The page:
Bobby Pendragon never thought that he was anything other than
your average fourteen year old, that is, until the day his
uncle turned up. Now Bobby has been thrown into an apocalyptic
struggle with the demon Saint Dane whose agenda is little
more than the complete destruction of the human race. Bobby
discovers that he is, in fact a member of the Travelers the
only force which stands any chance of thwarting Dane's ultimate
Rivers of Zadaa is written by D. J. MacHale who has worked
successfully, for some time, as a writer and director of children's
programming in the United States. A previously published author,
he intends the Pendragon: Journal of an Adventure through
Time and Space series of books to run to ten novels in
all. Rivers of Zadaa is the sixth book in the series.
The novel is written from the perspective of a sixteen year
old boy who is keeping a journal of his adventures. The idea
that a perfectly ordinary boy discovers that he has a destiny
is nothing new, indeed its so old that its become an archetypal
story form that has been used over and over again in both
film and literature. It is down to the skill of the writer
to turn the template into a Harry potter or Luke Skywalker.
I would suggest that no one start the series with this novel.
In the initial chapter so much information is thrown at the
reader, that if you haven't read the previous books you're
going to spend a lot of time trying to get to grips with all
the new names, places and relationships. This is a shame really
as a couple of pages of preface would have made the initial
impression of the book better and reduced the inevitable confusion
of being thrown into a narrative with a five book back story.
It doesn't help the new reader that Bobby appears to have
landed in a place where the beginning of the alphabet is a
mystery. So we find him on Zadaa in the city of Xhaxhu in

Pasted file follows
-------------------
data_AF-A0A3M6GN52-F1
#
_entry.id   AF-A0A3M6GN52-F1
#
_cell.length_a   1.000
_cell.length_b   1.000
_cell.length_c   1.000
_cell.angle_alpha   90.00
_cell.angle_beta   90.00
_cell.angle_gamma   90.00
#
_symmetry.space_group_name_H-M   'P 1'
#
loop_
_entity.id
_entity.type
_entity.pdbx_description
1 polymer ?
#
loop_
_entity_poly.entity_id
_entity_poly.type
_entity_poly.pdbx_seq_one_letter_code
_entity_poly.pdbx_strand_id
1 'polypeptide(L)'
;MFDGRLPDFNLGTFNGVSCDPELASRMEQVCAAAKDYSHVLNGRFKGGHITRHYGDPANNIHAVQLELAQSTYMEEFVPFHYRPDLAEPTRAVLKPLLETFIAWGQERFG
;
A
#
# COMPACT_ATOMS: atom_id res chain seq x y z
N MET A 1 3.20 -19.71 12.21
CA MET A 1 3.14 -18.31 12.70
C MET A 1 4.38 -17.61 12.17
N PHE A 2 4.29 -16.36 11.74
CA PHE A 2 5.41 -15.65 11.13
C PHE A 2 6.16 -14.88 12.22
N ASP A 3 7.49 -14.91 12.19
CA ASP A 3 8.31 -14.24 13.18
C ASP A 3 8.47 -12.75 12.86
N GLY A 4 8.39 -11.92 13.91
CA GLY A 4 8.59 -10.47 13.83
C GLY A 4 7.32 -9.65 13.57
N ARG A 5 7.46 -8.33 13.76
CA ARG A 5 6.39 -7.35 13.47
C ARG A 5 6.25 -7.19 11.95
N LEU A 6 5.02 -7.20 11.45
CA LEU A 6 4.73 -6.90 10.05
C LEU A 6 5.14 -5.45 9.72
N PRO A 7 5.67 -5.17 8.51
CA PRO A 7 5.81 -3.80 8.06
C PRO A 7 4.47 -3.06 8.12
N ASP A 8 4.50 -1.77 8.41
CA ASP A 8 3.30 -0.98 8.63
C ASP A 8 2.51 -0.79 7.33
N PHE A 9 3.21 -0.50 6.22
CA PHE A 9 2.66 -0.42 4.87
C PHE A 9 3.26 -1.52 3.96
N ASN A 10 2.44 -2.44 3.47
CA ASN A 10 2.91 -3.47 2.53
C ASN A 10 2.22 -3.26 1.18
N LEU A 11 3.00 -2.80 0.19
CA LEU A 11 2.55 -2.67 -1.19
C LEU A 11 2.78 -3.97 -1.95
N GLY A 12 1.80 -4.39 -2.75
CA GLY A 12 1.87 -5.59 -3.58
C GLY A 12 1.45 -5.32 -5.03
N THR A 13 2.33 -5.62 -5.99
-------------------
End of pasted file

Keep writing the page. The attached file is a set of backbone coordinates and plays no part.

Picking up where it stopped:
the company of Loor a Ghee warrior staring at statues of savage
Zhou beasts. I'm seven pages in and already in the throws
of what I can only assume is a level of unintentional laughter.
Loor the mighty Ghee seems completely unaware that her warrior
caste is named after a form of Indian clarified butter used
as a base in curries. Maybe it's something her acolyte Saangi
- another great Indian name - is keeping from her to avoid
the inevitable embarrassment.
book is written for adolescents and, to be fair to the book,
it's been a long time since I've been one of those. That said,
there is a lot of language used in the book that is peculiar,
I presume, to the United States. Bobby is in the habit of
exclaiming 'yikes' from time to time and felling like he doesn't
want to appear a wuss. I may be doing the book a great disservice
here, never having read the previous five novel, it's possible
that Bobby has been transported from fifties America, which
would go a long way to explaining why he has such an anachronistic
way of speaking. However there will be a large number of non-
Americans who will conclude that he is, at the very least,
a wuss due to his use of language.
did like the idea that the book was written as a journal,
thus giving the reader the impression that Bobby was talking
directly to them, even though that's not the case in the plot.
The book was an easy read, given that it was not aimed at
my age group.
a no nonsense romp: the adventure that it claims to be. And,
for a certain age group, I can see why these books are so
popular. It's an updated boys own adventure, written from
a very specific male point of view. That said, Zadaa
is not up there with the Harry Potter books and is
unlikely to appeal to a wider, non-adolescent male, audience.
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